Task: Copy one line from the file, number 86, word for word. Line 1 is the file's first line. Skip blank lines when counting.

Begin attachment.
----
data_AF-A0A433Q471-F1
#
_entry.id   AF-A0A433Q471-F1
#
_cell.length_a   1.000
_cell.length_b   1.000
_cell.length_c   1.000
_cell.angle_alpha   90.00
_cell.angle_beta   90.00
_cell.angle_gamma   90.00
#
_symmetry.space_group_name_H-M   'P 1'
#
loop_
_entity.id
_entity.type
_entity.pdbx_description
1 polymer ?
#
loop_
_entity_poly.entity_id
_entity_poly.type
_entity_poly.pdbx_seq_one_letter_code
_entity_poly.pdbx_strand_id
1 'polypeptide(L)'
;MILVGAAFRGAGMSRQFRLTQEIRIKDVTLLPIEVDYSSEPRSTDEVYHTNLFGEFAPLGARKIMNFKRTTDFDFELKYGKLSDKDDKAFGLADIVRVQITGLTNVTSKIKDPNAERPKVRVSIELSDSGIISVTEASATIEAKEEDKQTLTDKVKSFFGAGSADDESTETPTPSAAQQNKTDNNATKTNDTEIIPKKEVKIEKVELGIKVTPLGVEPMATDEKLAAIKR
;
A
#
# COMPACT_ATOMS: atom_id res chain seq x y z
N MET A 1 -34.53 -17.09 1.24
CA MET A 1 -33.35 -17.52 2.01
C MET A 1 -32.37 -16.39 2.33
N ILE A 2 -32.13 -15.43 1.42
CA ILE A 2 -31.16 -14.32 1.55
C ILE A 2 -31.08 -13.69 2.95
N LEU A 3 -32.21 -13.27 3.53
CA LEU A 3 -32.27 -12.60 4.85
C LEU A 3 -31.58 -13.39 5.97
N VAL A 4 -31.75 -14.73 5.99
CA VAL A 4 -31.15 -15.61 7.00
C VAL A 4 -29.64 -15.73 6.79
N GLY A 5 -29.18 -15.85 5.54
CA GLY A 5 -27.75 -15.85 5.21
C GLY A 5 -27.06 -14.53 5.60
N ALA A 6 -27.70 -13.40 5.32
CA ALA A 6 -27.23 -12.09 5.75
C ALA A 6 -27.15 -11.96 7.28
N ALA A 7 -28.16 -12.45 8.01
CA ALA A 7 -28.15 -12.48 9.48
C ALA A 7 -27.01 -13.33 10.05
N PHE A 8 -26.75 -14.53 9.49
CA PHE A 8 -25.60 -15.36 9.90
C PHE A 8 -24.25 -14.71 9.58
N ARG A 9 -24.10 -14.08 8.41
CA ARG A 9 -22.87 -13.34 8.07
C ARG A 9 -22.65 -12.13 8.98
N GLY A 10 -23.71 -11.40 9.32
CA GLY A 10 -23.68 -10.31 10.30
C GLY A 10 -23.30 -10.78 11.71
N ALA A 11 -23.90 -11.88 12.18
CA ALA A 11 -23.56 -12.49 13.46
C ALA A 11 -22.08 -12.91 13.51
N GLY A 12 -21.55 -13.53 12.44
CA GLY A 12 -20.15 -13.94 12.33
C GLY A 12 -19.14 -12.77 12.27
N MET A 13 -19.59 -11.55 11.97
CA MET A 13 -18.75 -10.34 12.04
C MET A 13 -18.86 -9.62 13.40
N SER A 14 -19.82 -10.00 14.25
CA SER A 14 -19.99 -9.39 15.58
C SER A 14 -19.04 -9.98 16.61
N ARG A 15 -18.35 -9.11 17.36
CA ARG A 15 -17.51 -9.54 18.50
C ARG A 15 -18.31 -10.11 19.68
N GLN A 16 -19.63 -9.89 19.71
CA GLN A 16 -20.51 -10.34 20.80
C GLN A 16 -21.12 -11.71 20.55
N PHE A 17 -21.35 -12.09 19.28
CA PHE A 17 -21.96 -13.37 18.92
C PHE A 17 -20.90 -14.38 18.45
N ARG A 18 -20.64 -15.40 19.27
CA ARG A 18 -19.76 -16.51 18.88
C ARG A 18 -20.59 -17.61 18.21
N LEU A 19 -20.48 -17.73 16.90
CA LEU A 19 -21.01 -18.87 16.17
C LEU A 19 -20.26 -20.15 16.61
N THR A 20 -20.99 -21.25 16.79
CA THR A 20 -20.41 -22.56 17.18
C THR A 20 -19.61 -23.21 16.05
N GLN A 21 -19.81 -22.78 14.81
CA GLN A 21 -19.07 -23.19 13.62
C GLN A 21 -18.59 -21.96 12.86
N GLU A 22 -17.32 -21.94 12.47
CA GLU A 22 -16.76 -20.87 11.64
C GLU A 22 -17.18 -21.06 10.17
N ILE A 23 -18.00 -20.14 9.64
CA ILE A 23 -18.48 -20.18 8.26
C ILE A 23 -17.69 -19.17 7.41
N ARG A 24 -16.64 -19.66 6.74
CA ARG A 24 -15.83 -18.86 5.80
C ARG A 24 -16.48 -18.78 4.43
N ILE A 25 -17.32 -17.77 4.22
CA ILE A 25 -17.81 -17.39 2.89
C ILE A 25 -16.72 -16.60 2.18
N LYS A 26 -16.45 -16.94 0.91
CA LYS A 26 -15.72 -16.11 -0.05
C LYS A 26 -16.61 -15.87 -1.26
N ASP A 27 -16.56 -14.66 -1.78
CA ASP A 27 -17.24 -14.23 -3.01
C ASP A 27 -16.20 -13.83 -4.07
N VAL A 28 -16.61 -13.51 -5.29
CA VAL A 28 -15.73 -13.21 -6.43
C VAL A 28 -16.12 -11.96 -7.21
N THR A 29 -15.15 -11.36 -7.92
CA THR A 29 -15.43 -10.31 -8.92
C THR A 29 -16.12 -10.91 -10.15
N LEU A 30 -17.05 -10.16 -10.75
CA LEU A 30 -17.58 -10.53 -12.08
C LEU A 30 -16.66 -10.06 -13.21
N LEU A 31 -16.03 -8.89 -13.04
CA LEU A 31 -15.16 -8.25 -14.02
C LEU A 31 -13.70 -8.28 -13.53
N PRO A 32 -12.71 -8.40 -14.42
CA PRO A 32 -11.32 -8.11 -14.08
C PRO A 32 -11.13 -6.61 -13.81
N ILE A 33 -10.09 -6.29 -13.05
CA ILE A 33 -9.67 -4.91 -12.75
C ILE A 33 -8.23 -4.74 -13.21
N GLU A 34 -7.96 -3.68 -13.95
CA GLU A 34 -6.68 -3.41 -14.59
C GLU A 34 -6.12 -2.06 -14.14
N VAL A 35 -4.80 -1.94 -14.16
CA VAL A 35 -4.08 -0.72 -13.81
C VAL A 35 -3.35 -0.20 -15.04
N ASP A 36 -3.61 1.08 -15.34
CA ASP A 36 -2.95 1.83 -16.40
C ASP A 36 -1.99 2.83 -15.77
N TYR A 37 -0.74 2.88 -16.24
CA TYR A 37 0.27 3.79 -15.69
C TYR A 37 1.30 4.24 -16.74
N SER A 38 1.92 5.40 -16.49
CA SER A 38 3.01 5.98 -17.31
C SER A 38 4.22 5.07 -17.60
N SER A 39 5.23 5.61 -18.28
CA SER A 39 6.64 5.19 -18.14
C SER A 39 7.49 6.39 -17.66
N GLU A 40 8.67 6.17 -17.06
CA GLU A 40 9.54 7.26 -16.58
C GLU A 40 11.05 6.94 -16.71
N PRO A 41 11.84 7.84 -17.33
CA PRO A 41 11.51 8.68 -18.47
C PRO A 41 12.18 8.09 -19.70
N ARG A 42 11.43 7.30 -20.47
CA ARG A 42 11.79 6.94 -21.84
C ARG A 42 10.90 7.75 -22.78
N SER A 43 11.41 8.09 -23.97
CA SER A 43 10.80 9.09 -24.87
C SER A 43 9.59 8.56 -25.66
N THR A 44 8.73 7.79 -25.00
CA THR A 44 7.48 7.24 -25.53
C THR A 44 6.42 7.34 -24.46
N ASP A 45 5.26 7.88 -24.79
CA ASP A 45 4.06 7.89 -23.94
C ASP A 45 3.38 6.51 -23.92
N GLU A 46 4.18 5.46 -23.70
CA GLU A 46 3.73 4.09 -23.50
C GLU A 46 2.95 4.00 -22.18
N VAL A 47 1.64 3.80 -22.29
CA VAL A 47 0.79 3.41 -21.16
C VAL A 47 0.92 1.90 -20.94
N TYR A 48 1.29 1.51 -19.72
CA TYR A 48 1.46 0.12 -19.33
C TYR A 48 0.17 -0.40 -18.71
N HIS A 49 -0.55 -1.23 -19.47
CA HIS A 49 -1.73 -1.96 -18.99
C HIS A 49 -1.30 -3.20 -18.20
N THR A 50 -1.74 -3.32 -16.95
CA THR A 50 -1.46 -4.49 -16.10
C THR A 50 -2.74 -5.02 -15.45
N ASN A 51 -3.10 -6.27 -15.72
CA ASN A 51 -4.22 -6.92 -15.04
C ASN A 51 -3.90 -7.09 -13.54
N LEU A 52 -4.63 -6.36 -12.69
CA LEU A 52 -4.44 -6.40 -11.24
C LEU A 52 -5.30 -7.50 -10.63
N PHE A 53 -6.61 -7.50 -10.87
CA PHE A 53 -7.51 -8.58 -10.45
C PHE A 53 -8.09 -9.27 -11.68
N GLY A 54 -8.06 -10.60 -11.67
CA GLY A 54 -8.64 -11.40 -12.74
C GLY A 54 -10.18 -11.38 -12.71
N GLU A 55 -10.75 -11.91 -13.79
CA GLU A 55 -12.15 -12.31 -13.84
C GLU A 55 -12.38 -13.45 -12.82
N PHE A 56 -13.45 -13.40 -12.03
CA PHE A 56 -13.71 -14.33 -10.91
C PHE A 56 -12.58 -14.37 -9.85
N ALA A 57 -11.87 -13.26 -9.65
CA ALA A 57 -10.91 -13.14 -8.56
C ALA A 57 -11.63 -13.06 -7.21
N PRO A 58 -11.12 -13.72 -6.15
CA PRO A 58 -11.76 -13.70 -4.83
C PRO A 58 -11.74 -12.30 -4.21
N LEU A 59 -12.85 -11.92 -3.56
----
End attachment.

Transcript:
CA LEU A 19 -21.01 -18.87 16.17